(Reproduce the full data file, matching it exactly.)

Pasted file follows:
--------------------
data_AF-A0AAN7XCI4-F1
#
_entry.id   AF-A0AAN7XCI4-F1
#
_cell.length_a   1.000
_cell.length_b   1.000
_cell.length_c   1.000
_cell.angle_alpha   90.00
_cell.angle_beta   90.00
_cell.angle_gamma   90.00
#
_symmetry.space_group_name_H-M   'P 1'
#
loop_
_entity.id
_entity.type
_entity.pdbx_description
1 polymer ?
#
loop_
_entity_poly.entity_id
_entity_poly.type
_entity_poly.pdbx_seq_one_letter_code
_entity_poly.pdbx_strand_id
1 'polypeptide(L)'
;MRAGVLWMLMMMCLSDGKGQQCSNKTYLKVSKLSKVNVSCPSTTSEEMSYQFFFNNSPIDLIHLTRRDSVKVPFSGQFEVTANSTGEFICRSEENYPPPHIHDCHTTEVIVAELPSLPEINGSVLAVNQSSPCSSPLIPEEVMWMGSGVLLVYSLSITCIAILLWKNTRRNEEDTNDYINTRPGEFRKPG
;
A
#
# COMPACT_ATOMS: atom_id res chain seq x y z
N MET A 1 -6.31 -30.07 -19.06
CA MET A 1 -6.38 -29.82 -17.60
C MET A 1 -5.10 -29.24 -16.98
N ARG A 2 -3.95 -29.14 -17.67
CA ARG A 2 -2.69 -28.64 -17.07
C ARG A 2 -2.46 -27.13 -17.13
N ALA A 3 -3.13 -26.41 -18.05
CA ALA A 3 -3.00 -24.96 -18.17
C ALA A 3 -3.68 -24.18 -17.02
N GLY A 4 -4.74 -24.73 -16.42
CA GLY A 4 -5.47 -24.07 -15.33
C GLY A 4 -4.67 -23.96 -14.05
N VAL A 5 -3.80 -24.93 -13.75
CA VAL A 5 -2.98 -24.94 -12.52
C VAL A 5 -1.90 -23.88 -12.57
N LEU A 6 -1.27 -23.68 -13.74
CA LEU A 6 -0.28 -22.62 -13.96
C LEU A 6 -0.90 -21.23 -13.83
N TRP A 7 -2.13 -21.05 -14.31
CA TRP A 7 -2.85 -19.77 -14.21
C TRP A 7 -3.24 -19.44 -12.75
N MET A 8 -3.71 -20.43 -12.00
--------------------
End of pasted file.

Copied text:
data_AF-A0AAN7XCI4-F1
#
_entry.id   AF-A0AAN7XCI4-F1
#
_cell.length_a   1.000
_cell.length_b   1.000
_cell.length_c   1.000
_cell.angle_alpha   90.00
_cell.angle_beta   90.00
_cell.angle_gamma   90.00
#
_symmetry.space_group_name_H-M   'P 1'
#
loop_
_entity.id
_entity.type
_entity.pdbx_description
1 polymer ?
#
loop_
_entity_poly.entity_id
_entity_poly.type
_entity_poly.pdbx_seq_one_letter_code
_entity_poly.pdbx_strand_id
1 'polypeptide(L)'
;MRAGVLWMLMMMCLSDGKGQQCSNKTYLKVSKLSKVNVSCPSTTSEEMSYQFFFNNSPIDLIHLTRRDSVKVPFSGQFEVTANSTGEFICRSEENYPPPHIHDCHTTEVIVAELPSLPEINGSVLAVNQSSPCSSPLIPEEVMWMGSGVLLVYSLSITCIAILLWKNTRRNEEDTNDYINTRPGEFRKPG
;
A
#
# COMPACT_ATOMS: atom_id res chain seq x y z
N MET A 1 -6.31 -30.07 -19.06
CA MET A 1 -6.38 -29.82 -17.60
C MET A 1 -5.10 -29.24 -16.98
N ARG A 2 -3.95 -29.14 -17.67
CA ARG A 2 -2.69 -28.64 -17.07
C ARG A 2 -2.46 -27.13 -17.13
N ALA A 3 -3.13 -26.41 -18.05
CA ALA A 3 -3.00 -24.96 -18.17
C ALA A 3 -3.68 -24.18 -17.02
N GLY A 4 -4.74 -24.73 -16.42
CA GLY A 4 -5.47 -24.07 -15.33
C GLY A 4 -4.67 -23.96 -14.05
N VAL A 5 -3.80 -24.93 -13.75
CA VAL A 5 -2.98 -24.94 -12.52
C VAL A 5 -1.90 -23.88 -12.57
N LEU A 6 -1.27 -23.68 -13.74
CA LEU A 6 -0.28 -22.62 -13.96
C LEU A 6 -0.90 -21.23 -13.83
N TRP A 7 -2.13 -21.05 -14.31
CA TRP A 7 -2.85 -19.77 -14.21
C TRP A 7 -3.24 -19.44 -12.75
N MET A 8 -3.71 -20.43 -12.00